Tza-Huei (Jeff) Wang spends his days working with tiny droplets of fluid. Really tiny. Some of his lab’s devices analyze droplets that are one-millionth of a liter. Others use a far smaller scale: one-trillionth of a liter.
Why would anyone want to isolate such minute volumes of fluid? Because microfluidics, as Wang’s field is known, allows rapid, precise analysis of many kinds of biological processes.
Over the last decade, Wang’s lab has developed devices that might someday make it far easier for clinicians to identify infectious pathogens and to diagnose early-stage cancers. And because some of these devices have the potential to be cheap and portable, they might transform health care in low-resource countries that have few traditional hospital laboratories.
“With microfluidics,” Wang says, “you can control the microenvironments you want to look at. You have precise temporal and spatial control. You have resolution even down to the single-cell level. It’s a very elegant approach.”
To translate his lab’s technologies into real-world clinical progress, Wang has built collaborations with a broad team of physicians and epidemiologists at Johns Hopkins and beyond.
One of Wang’s highest-profile recent projects involves a portable device that can rapidly confirm an infection with gonorrhea — and identify within 15 minutes whether the gonorrhea will respond to traditional antibiotics. In a typical hospital lab, that process takes two to four days. But with Wang’s device, a patient can receive a diagnosis and start treatment, all within a 45-minute clinical visit.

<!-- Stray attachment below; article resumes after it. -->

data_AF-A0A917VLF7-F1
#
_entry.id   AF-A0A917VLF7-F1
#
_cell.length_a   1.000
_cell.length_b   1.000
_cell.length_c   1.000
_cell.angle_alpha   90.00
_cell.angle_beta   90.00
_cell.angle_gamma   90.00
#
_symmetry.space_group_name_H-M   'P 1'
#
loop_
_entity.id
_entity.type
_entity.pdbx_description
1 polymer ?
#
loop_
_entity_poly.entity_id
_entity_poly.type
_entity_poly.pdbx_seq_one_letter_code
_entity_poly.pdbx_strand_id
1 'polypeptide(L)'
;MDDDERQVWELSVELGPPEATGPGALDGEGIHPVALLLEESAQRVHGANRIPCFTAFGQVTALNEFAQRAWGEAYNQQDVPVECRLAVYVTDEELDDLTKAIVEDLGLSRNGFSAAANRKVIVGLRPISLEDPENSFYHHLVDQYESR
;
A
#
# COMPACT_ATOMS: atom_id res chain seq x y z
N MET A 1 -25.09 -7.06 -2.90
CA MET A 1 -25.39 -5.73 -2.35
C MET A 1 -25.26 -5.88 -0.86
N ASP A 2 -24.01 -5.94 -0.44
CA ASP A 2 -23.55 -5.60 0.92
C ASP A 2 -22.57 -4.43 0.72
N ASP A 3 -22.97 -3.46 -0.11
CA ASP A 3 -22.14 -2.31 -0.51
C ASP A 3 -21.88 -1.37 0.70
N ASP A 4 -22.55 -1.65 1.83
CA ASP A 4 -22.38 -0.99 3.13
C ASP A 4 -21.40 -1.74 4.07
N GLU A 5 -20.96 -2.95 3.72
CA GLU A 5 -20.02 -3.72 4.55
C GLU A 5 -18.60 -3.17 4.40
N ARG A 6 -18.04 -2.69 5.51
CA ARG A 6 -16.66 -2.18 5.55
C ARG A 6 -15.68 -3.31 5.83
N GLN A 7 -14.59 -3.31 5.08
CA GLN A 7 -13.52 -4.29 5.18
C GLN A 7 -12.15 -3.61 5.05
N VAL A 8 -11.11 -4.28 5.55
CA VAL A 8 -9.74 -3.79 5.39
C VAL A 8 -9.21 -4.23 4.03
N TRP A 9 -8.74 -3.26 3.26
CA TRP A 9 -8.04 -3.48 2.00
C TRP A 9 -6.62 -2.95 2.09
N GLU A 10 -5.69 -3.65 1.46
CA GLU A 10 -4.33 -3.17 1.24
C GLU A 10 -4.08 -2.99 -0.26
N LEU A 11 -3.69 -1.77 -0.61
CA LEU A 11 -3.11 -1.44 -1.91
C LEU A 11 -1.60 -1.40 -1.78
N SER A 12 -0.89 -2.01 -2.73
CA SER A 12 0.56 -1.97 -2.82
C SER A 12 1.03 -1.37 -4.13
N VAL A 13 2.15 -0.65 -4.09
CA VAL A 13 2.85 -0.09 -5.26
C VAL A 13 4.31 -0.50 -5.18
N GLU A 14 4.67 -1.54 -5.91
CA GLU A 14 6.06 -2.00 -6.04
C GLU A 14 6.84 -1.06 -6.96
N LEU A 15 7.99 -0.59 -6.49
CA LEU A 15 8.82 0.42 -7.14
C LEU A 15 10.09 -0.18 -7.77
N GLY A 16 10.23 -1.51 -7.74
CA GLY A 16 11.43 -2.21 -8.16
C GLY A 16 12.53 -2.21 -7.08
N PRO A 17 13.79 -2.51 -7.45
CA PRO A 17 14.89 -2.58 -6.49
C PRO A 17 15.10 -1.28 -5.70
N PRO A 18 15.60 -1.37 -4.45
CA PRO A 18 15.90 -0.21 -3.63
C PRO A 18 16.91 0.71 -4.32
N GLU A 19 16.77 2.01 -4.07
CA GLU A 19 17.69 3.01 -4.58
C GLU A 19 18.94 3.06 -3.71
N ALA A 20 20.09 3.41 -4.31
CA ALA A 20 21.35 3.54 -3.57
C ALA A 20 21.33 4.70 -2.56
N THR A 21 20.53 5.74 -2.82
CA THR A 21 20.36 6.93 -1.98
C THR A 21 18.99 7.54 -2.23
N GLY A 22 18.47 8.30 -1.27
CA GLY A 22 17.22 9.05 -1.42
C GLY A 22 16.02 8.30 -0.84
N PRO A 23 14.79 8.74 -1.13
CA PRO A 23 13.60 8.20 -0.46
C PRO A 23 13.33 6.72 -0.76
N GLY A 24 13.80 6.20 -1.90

“It’s a huge benefit to start treating the patient during that initial visit,” says Charlotte Gaydos, a professor of infectious diseases at the school of medicine, who has collaborated with Wang for more than seven years. “Usually, you’re waiting several days for results to come back, and during that time, there’s a risk of further transmission of infection.”
Wang, Gaydos and their colleagues have tested their device in the emergency department at The Johns Hopkins Hospital and at several clinics in Baltimore. They have also piloted the system in rural areas of Uganda, where antibiotic-resistant gonorrhea is becoming prevalent.
At each site, Wang has worked to make sure that the device actually fits into the local clinical workflow. “Ten years ago,” he says, “some people were very, very frustrated with microfluidics because we’d invented all of these very elegant, very powerful microchips, but they couldn’t be used easily in clinical settings. People didn’t see a lot of actual real-world products.”
To avoid that pitfall, Wang — a professor of mechanical engineering with joint appointments in biomedical engineering, medicine and oncology —teaches his graduate students and postdocs to have long, deep conversations with their physician collaborators. “Don’t just read their papers,” he says. “Go and visit their clinics and see how the work actually happens.”
Using that collaborative approach, Wang’s lab has developed an array of devices for detecting cancer and analyzing pathogens. With Johns Hopkins oncologist Stephen Meltzer, Wang has developed a new technique for detecting precancerous changes in the esophagus. With pathologist Karen Carroll he has developed a microfluidic platform that can accurately identify any of dozens of pathogens in a tiny specimen of urine. Like the gonorrhea device, this platform can deliver extremely fast reports about the pathogens’ sensitivity to antibiotics.
Wang says that his visits to the Ugandan clinical sites in 2019 were among the most valuable experiences of his time at Johns Hopkins. “While I was there,” he says, “I heard about a problem I’d never even thought about. Clinics in Uganda sometimes get shipments of counterfeit antibiotics, and they can’t tell what’s real. So that might be my next project: a portable device for the rapid authentication of medicines.”